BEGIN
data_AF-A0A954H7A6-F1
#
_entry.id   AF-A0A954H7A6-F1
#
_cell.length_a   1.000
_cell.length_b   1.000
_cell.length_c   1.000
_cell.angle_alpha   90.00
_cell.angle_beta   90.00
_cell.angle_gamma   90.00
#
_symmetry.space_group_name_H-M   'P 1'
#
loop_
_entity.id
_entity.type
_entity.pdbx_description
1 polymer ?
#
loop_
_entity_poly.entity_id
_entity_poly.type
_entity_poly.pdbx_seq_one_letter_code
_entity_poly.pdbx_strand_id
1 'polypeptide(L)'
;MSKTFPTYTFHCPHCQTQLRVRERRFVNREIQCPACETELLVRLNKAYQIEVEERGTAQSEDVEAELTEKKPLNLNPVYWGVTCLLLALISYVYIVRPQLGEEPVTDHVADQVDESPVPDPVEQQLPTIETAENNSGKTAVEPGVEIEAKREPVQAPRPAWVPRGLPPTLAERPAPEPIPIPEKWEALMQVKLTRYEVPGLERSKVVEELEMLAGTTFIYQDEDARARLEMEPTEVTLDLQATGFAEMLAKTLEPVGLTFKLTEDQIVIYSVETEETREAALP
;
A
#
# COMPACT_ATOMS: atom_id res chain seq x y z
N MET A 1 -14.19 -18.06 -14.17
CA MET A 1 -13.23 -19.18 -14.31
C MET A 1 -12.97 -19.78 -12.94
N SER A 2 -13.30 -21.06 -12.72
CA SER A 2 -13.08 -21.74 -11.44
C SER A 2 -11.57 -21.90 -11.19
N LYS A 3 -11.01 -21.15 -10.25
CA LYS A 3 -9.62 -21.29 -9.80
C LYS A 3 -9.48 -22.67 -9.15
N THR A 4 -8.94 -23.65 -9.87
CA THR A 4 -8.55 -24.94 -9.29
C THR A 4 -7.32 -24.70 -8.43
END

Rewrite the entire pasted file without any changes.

data_AF-A0A954H7A6-F1
#
_entry.id   AF-A0A954H7A6-F1
#
_cell.length_a   1.000
_cell.length_b   1.000
_cell.length_c   1.000
_cell.angle_alpha   90.00
_cell.angle_beta   90.00
_cell.angle_gamma   90.00
#
_symmetry.space_group_name_H-M   'P 1'
#
loop_
_entity.id
_entity.type
_entity.pdbx_description
1 polymer ?
#
loop_
_entity_poly.entity_id
_entity_poly.type
_entity_poly.pdbx_seq_one_letter_code
_entity_poly.pdbx_strand_id
1 'polypeptide(L)'
;MSKTFPTYTFHCPHCQTQLRVRERRFVNREIQCPACETELLVRLNKAYQIEVEERGTAQSEDVEAELTEKKPLNLNPVYWGVTCLLLALISYVYIVRPQLGEEPVTDHVADQVDESPVPDPVEQQLPTIETAENNSGKTAVEPGVEIEAKREPVQAPRPAWVPRGLPPTLAERPAPEPIPIPEKWEALMQVKLTRYEVPGLERSKVVEELEMLAGTTFIYQDEDARARLEMEPTEVTLDLQATGFAEMLAKTLEPVGLTFKLTEDQIVIYSVETEETREAALP
;
A
#
# COMPACT_ATOMS: atom_id res chain seq x y z
N MET A 1 -14.19 -18.06 -14.17
CA MET A 1 -13.23 -19.18 -14.31
C MET A 1 -12.97 -19.78 -12.94
N SER A 2 -13.30 -21.06 -12.72
CA SER A 2 -13.08 -21.74 -11.44
C SER A 2 -11.57 -21.90 -11.19
N LYS A 3 -11.01 -21.15 -10.25
CA LYS A 3 -9.62 -21.29 -9.80
C LYS A 3 -9.48 -22.67 -9.15
N THR A 4 -8.94 -23.65 -9.87
CA THR A 4 -8.55 -24.94 -9.29
C THR A 4 -7.32 -24.70 -8.43